Motley Crew Makes Heroic Assault

On one mission, his vessel broke down on the return trip. He and the crew were forced to get in a small craft and paddle to shore. “We hooked up with about thirty of the toughest bastards on earth,” wrote Hayden. “None of them had a bath in years. All had been in the thick of the fighting and marching all up and down Bosnia and Croatia.”

Hayden’s men, together with this motley bunch, soon assaulted a German patrol boat. After a hot firefight, the Germans gave up. Hayden’s Marines took the stolen boat back to Vis. For his bravery in combat, Hayden was awarded the Silver Star.

An Unlikely Friendship Is Formed

It was during this period that Hayden met and became close friends with Josip Broz, more commonly referred to as Tito, his “adopted name.” Tito had risen to the rank of general secretary of the Communist Party in Yugoslavia prior to the outbreak of World War II. Hayden soon developed leftist leanings while working closely with Tito’s partisans to rid their country of Hitler’s fascist troops. Years later, Hayden would travel back to Yugoslavia to attend Tito’s funeral.

Sterling Hayden played tough characters in films such as 'Dr. Strangelove' and 'The Godfather,' but he also went to war.

At war’s end, Hayden returned to California to resume his acting career. Throughout the 1950s he made a string of B movies. However, several films from that period were some of the best he ever made. Most notable of these were Johnny Guitar with Joan Crawford and Suddenly with Frank Sinatra.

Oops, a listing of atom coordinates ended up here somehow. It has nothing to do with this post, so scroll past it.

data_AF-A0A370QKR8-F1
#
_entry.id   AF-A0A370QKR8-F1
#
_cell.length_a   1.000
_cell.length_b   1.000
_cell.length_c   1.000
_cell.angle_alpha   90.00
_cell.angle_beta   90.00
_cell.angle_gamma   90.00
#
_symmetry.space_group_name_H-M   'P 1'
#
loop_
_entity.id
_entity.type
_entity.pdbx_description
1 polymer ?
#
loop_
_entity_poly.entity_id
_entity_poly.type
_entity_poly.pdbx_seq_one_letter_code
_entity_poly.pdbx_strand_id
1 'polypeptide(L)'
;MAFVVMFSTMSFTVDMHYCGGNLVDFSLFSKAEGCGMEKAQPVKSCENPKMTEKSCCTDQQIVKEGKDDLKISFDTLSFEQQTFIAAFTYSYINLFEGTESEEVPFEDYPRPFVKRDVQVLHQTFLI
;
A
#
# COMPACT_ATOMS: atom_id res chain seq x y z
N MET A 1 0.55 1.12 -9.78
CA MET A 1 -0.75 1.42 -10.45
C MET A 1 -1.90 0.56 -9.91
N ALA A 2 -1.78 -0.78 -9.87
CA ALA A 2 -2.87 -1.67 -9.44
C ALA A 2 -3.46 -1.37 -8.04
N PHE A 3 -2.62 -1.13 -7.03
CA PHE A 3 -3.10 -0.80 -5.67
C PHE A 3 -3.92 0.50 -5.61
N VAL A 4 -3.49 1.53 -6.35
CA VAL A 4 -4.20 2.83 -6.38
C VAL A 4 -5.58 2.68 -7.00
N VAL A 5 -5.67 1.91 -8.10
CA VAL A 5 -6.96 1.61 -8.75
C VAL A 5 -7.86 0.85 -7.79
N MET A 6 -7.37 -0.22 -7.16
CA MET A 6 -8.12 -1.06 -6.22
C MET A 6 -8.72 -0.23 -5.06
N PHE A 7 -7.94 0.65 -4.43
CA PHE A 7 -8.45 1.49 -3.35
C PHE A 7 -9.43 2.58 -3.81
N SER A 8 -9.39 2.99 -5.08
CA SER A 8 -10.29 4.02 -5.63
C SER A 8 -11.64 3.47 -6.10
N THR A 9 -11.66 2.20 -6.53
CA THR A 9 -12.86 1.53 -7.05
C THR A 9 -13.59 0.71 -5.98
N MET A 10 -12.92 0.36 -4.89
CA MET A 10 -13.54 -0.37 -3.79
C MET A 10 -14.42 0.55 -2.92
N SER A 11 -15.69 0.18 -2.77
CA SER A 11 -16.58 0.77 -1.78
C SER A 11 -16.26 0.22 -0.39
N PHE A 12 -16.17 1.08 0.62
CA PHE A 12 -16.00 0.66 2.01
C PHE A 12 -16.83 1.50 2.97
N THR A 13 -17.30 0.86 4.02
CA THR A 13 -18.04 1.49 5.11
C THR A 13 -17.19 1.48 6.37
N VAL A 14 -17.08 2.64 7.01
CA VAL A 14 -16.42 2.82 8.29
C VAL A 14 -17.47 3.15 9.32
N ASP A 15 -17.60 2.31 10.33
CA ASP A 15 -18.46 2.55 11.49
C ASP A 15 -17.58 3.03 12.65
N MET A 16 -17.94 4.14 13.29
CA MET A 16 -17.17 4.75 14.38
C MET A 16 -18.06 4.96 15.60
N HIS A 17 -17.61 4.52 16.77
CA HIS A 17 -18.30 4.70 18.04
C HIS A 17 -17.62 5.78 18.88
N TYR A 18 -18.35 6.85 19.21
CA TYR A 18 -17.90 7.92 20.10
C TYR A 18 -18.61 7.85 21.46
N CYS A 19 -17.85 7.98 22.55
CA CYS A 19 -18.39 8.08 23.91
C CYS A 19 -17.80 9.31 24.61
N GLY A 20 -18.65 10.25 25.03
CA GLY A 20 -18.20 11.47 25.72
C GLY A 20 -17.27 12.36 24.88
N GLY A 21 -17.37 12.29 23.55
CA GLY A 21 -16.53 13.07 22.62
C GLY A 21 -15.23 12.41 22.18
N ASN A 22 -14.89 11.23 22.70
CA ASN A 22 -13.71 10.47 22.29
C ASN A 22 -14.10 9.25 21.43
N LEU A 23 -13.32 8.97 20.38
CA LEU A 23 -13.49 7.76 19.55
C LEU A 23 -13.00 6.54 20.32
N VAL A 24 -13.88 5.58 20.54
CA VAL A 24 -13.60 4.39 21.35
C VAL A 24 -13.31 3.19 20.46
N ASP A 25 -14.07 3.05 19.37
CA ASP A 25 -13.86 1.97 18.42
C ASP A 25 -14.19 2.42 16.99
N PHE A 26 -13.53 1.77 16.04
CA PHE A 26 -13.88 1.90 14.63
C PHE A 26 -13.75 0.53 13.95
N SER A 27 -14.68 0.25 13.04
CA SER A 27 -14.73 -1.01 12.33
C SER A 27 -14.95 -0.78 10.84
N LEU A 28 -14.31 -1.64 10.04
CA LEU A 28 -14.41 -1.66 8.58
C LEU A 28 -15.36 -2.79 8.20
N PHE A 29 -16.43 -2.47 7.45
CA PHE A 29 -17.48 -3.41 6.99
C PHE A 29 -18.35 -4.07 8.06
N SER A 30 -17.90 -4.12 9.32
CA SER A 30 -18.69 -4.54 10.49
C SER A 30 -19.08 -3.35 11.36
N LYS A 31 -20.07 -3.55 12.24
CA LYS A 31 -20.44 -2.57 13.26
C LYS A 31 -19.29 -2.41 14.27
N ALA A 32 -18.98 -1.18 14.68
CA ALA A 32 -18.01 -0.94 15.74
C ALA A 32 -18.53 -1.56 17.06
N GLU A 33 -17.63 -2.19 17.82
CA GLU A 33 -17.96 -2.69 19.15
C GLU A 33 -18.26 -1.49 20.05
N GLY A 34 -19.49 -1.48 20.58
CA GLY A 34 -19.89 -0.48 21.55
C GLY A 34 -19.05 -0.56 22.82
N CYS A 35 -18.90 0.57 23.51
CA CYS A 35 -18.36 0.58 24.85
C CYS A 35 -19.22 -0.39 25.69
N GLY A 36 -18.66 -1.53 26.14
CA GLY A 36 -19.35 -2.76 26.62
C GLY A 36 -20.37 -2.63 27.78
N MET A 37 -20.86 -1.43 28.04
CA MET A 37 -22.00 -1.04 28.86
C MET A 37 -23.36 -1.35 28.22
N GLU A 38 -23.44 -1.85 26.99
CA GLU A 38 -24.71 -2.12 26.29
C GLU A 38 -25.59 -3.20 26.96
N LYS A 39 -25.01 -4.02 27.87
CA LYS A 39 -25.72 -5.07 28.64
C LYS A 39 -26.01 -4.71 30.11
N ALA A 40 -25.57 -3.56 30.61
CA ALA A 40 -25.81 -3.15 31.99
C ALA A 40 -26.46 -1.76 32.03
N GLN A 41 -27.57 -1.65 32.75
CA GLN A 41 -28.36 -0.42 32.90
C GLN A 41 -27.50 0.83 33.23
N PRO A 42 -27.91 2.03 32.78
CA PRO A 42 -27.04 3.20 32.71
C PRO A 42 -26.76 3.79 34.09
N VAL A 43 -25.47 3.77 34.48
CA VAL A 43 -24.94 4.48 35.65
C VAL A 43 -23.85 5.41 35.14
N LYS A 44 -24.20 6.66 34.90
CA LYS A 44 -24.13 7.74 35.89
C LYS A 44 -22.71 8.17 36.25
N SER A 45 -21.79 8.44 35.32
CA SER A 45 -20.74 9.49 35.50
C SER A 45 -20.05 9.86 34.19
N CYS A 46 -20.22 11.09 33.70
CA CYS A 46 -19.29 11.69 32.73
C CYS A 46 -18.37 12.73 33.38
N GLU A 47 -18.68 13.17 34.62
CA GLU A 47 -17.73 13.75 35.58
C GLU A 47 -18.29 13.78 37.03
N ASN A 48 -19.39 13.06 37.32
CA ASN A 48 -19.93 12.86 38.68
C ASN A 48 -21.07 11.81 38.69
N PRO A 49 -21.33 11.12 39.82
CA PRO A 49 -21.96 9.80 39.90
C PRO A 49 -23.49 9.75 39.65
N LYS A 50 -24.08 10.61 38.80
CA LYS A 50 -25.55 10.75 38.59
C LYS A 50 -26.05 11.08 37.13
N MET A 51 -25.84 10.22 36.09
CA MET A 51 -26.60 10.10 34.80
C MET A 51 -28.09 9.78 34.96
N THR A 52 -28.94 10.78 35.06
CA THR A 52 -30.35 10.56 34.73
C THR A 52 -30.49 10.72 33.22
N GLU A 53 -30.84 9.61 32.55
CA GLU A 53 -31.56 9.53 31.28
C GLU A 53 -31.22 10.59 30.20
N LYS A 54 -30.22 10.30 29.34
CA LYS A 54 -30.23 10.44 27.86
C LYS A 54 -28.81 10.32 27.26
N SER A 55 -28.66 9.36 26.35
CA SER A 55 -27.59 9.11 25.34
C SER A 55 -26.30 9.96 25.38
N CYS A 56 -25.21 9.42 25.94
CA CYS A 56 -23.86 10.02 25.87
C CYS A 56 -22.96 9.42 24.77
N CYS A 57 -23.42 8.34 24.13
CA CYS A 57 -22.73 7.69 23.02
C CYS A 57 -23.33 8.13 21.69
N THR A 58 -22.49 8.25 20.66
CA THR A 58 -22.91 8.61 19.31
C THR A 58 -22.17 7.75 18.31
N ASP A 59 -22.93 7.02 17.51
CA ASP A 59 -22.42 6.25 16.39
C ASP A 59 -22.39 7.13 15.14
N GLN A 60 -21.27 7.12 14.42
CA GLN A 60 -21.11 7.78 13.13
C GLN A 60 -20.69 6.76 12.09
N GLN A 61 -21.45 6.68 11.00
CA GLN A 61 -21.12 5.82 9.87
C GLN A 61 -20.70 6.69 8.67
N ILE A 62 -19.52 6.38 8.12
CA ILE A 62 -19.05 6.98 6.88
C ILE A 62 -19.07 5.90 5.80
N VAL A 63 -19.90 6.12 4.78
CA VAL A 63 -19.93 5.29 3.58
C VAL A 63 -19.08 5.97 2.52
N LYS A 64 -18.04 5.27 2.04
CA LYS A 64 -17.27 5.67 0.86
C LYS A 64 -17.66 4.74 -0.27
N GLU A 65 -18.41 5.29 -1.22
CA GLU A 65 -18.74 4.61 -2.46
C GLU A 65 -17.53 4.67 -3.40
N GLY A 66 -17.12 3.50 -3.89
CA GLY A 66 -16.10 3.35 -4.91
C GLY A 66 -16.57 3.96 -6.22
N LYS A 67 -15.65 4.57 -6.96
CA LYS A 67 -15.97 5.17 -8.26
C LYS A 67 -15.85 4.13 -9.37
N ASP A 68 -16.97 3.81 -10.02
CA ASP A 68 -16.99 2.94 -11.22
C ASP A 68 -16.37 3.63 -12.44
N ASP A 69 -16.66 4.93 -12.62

House Un-American Committee and Betrayal

It was also during the 1950s that the House Un-American Activities Committee was actively rooting out actors, directors, and screenwriters who were suspected of being or having been members of the Communist Party. Threatened with jail and never seeing his children again because of his Communist ties, Hayden testified as a witness for the FBI at the hearings held in Washington, DC. Informing on his friends would haunt him forever.

“It was the worst day of my life,” he would confess to Gerald Peary in an interview in 1984. “I castigated myself the way any proper person should.”

A Wanderer Who Would Not Fit In

Sterling Hayden played tough characters in films such as 'Dr. Strangelove' and 'The Godfather,' but he also went to war.In 1964, Hayden starred with George C. Scott and Peter Sellers in Dr. Strangelove or: How I Learned to Stop Worrying and Love the Bomb. He portrayed the cigar-chomping, ultra right wing General Jack C. Ripper. However, in 1972, he played a part that he is most recognized for today. Director Francis Ford Coppola signed him on as Captain McCloskey, the dishonest cop, in the blockbuster hit The Godfather. During the 1960s and 1970s, Hayden wrote his autobiography, Wanderer, and a best-selling novel entitled Voyage. He died from cancer in 1986.

Many would vehemently disagree with Hayden’s liberal beliefs and free-thinking attitude. However, there is one thing no one can dispute. When his country called, John Hamilton, a k a Sterling Hayden, served honorably as a Marine in the OSS.

This line from his autobiography probably best sums up his life: “Voyaging belongs to seamen, and to the Wanderers of the world who cannot, or will not, fit in.”